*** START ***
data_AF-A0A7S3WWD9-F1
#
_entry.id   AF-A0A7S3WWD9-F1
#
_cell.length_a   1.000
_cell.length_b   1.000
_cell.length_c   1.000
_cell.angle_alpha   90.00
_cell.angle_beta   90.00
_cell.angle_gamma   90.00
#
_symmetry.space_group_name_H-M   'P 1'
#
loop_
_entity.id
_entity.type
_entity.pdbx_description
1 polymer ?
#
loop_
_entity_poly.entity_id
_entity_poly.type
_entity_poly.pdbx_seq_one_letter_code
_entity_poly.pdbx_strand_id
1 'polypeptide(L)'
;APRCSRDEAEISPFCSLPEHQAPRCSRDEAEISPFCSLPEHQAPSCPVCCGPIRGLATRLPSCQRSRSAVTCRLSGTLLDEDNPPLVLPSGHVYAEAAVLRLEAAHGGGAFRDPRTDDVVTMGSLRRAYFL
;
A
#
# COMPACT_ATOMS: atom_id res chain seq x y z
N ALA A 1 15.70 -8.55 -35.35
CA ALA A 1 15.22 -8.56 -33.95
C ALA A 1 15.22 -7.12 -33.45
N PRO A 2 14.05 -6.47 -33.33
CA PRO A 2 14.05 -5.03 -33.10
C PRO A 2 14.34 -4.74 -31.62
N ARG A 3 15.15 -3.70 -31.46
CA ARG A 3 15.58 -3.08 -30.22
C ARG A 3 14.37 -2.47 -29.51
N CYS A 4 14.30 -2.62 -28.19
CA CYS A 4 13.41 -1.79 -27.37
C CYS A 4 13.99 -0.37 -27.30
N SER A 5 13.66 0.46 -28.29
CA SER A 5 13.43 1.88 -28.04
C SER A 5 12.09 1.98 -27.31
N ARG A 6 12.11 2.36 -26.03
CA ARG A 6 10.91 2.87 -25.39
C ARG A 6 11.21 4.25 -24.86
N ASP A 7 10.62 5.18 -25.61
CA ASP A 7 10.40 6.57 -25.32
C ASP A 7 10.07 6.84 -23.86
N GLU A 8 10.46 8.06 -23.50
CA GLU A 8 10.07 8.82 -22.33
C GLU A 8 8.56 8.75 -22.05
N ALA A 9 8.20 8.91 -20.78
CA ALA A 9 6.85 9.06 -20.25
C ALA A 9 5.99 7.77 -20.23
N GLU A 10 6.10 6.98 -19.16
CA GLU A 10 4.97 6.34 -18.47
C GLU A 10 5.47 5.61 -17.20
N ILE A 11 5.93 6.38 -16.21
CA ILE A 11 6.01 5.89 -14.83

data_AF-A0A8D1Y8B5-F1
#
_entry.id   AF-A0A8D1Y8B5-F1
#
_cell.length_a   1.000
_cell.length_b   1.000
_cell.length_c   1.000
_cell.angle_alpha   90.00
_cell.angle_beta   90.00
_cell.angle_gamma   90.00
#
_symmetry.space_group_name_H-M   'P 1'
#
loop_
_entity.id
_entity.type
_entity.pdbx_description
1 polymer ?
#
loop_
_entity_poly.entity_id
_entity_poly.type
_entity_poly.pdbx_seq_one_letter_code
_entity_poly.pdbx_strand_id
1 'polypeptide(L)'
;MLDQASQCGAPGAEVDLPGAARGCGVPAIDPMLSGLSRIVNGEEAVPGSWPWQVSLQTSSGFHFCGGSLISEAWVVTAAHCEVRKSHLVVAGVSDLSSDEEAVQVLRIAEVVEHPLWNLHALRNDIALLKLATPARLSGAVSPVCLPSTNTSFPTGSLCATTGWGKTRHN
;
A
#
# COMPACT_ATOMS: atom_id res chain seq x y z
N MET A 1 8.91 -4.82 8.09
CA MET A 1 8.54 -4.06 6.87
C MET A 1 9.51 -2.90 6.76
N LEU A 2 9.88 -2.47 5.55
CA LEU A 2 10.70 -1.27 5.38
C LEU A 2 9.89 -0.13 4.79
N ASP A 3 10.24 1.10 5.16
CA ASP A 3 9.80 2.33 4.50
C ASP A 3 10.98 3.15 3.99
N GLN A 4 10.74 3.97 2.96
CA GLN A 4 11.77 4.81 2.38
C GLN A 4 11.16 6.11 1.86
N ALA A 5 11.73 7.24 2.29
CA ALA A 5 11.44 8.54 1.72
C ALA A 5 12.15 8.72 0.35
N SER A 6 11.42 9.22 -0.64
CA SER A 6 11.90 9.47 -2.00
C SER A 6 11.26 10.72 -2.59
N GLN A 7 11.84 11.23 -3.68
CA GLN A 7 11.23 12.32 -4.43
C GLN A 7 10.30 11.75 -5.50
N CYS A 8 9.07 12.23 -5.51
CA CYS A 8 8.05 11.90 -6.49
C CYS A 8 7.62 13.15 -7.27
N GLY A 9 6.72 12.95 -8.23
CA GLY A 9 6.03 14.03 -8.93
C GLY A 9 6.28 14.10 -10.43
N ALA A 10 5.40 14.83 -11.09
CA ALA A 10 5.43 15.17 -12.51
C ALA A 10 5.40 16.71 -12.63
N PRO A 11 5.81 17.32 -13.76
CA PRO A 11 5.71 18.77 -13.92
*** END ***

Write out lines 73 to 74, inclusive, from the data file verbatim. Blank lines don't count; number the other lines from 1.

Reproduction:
#
_symmetry.space_group_name_H-M   'P 1'